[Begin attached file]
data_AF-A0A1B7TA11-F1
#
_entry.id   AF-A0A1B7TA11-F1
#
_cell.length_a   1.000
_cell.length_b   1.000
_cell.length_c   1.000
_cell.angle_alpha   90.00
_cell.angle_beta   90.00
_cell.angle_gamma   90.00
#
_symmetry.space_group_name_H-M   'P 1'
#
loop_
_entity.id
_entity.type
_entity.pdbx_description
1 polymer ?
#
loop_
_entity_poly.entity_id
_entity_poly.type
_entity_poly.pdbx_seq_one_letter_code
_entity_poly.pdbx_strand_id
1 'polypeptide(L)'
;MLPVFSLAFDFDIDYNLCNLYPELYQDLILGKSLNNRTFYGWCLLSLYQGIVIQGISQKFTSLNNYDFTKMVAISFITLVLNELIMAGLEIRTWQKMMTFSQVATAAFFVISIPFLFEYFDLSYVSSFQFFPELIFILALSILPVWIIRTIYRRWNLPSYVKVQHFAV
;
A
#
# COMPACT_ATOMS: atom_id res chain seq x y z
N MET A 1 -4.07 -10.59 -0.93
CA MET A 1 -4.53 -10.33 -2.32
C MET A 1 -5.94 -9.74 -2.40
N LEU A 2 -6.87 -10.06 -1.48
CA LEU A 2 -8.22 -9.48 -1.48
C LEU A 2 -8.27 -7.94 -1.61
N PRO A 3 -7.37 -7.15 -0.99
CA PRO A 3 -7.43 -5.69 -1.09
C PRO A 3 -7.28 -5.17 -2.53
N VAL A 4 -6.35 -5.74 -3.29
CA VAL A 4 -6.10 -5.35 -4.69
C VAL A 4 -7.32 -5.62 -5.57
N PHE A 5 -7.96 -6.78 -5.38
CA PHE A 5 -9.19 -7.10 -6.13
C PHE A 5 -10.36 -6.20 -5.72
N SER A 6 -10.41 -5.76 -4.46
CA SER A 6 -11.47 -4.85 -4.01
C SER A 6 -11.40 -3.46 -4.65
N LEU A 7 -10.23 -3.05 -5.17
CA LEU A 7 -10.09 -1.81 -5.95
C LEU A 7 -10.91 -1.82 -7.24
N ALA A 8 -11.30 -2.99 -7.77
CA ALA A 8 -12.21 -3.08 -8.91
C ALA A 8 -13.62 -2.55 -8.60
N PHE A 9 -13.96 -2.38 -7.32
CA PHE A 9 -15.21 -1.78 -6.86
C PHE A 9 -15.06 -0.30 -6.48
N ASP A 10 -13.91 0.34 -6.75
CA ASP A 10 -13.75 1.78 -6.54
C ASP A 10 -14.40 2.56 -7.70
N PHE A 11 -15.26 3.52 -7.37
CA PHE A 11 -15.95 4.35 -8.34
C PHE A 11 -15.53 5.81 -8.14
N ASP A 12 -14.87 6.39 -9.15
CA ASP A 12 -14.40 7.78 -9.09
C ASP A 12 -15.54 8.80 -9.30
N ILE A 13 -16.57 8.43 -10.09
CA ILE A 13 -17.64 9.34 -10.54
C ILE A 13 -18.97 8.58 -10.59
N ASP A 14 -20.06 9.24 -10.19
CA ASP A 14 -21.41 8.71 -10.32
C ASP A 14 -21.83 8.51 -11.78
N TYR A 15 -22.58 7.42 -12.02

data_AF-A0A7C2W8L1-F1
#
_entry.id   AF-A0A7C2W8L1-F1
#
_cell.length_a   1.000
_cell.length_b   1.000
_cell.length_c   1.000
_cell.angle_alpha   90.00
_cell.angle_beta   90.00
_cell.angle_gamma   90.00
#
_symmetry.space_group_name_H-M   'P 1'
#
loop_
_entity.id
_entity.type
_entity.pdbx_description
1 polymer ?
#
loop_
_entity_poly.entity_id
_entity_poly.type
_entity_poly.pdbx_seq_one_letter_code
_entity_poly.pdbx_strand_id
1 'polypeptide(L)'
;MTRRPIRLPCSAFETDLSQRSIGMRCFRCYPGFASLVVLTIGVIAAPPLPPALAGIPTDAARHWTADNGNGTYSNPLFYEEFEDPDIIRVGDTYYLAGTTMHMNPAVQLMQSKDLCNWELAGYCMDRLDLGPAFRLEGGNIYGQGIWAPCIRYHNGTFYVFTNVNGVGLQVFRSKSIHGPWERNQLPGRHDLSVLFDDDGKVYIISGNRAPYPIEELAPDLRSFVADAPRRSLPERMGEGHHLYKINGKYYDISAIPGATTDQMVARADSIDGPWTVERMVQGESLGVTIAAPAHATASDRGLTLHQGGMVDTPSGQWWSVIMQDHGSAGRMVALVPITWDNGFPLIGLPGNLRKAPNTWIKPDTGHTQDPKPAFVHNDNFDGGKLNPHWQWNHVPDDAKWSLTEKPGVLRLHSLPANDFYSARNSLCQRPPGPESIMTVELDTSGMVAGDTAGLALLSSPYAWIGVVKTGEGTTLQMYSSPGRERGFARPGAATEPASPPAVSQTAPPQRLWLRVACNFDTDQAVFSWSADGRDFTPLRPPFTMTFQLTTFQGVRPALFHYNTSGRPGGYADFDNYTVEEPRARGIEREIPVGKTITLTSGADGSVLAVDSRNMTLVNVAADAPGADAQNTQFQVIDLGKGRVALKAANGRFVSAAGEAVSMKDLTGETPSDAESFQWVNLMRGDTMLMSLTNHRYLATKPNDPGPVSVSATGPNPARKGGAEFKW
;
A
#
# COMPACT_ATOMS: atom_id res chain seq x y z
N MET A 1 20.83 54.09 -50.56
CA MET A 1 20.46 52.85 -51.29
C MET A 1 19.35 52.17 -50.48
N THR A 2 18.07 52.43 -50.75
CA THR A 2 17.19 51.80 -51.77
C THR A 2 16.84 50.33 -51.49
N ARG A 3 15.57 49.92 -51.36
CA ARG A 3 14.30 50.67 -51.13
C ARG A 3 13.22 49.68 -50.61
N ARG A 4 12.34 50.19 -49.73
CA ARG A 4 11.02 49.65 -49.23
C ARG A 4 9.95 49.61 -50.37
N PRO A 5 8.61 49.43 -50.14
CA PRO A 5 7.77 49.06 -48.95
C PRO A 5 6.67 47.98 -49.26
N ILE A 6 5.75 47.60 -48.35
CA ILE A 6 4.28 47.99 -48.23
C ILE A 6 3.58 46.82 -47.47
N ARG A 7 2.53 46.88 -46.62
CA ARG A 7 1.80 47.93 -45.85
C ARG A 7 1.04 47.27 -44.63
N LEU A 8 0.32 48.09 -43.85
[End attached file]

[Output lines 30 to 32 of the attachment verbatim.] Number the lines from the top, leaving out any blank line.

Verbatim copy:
# COMPACT_ATOMS: atom_id res chain seq x y z
N MET A 1 -4.07 -10.59 -0.93
CA MET A 1 -4.53 -10.33 -2.32